Also this wasn't supposed to be a film about 'therapies', there is enough of that out there (see "Wretchers and Jabberers" or "A Mother's Courage").  This film was supposed to be about the heart that lies behind each family. How despite our differences we are all more alike than we are different.  If the author of this jibberish understood the actual politicized autism movement, than perhaps they would understand the need to have a platform for those differences to speak freely while still allowing everyone to see all the things that bring us all together as a movement.  Nice that there is no mention of the fact that no autism film has EVER focused on this breath of diversity--Mormons, Muslim, single mothers of multiple races and ethnicities, families of multiple ethnicities and races etc... Even among adults interviewed or focused on there is one that yes believes he is recovered, but then also 2 adults that believe in the concept of neurodiversity, and 1 that is not able to be interviewed but whose story is told via his family since he is now in an institution. That this critic limited their breath to simple controversial themes that perhaps take 3 minutes total of air time in a 90 minute film shows their lack of compassion and understanding for the larger cause at hand.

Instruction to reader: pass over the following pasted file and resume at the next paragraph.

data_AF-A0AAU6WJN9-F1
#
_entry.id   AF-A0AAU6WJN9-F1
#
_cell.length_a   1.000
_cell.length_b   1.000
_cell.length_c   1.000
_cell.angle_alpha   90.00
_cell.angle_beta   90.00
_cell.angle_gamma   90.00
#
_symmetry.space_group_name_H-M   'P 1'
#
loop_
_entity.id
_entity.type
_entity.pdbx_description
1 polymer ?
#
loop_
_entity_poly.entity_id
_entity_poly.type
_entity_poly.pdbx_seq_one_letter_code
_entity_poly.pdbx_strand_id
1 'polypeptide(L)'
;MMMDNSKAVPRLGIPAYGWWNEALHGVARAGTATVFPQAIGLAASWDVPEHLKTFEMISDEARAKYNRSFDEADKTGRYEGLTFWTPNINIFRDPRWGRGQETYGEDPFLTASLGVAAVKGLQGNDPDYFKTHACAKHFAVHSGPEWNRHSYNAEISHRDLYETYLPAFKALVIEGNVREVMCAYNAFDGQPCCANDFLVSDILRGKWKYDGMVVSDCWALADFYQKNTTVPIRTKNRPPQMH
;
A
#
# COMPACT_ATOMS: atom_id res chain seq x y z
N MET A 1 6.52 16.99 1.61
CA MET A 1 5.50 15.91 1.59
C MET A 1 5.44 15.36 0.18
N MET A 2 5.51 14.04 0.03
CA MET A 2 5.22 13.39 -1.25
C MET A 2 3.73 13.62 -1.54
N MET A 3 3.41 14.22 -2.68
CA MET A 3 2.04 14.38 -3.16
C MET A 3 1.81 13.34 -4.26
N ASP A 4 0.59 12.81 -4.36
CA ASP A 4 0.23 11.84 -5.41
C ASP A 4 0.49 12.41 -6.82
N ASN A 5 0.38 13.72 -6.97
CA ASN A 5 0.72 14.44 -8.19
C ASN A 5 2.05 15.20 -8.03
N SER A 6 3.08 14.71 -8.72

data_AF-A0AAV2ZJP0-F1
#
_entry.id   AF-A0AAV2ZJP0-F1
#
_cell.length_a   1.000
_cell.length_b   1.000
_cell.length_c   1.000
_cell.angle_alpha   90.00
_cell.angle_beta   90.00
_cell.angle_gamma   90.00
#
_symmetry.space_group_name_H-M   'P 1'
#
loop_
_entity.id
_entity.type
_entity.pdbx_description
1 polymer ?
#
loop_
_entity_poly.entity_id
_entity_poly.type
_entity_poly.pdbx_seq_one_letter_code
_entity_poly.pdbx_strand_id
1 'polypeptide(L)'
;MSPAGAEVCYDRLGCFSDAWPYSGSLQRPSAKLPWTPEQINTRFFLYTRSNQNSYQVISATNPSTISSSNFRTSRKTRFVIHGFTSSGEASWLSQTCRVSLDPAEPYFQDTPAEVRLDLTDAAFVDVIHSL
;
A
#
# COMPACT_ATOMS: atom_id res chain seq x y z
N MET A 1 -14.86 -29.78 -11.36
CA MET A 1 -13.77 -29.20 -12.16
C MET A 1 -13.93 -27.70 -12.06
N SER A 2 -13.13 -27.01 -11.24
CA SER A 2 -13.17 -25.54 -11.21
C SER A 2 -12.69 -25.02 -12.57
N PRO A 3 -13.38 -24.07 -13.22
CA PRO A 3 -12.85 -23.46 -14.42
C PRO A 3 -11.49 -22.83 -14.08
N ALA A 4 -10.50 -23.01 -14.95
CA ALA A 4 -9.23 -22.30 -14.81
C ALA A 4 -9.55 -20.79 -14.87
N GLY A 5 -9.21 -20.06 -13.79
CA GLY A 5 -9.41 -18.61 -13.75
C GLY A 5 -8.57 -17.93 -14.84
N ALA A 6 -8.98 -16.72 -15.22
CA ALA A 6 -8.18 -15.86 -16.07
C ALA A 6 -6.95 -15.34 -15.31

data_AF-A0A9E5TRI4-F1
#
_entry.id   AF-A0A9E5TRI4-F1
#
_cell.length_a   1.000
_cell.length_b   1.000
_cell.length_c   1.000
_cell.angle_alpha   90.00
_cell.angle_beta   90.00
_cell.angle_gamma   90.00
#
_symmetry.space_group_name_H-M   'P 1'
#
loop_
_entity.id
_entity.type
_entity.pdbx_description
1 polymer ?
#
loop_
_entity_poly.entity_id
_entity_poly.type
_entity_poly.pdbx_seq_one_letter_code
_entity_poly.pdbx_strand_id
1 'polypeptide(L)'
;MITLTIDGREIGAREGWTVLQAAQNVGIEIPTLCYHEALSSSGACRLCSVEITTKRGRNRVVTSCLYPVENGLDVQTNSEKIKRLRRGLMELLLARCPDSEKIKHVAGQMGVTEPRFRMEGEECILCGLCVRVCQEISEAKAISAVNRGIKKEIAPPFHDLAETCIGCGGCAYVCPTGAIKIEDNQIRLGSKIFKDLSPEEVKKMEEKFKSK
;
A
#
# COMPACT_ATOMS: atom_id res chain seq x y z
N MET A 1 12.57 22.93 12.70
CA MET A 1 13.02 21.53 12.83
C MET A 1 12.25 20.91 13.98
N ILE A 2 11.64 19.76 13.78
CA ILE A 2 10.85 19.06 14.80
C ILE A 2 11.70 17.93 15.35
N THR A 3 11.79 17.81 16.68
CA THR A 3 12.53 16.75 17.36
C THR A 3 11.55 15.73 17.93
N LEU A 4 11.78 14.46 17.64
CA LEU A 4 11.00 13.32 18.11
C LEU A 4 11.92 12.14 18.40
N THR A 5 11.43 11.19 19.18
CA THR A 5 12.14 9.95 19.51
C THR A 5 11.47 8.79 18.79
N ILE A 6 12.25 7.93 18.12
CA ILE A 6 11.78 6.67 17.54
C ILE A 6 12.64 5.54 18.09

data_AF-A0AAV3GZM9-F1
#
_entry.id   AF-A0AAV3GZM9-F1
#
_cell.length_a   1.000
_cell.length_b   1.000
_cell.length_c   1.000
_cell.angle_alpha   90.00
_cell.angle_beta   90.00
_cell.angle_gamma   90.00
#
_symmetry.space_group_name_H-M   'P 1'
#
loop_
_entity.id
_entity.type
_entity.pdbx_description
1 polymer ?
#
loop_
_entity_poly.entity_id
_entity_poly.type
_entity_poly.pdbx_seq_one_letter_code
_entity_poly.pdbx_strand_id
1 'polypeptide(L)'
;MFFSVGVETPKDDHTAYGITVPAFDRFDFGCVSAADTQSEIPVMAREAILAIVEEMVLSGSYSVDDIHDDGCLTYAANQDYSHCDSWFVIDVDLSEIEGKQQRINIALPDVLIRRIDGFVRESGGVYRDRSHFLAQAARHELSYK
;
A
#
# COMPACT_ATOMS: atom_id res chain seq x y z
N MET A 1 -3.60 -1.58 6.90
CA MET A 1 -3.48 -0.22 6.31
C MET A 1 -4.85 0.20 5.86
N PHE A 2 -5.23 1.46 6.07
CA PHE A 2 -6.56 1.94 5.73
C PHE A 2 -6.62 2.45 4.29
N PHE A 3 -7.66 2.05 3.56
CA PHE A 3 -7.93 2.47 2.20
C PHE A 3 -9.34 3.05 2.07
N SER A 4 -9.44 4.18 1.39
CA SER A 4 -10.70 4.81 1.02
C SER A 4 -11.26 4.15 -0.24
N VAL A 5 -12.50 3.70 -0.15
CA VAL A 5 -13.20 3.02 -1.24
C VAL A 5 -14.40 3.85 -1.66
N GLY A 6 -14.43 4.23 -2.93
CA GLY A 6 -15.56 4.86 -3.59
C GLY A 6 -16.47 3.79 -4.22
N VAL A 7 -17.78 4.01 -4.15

This documentary never intended, as explained in the beginning of the film, to medically or scientifically "explain Autism" to anyone!

This film was always about, and accomplished, sharing the voices of a sampling of families affected by Autism, across the United States.

Affected families sharing their stories, their opinions, their joy, sorrow, anger, and pride...Yes, this was not only accomplished in US of Autism, but it was STELLAR use of Free Speech.

Nothing to fear from this documentary, unless of course, one's lack of Autism awareness, acceptance, and understanding makes it "uncomfortable" to watch!In that case, the viewer ought to be uncomfortable!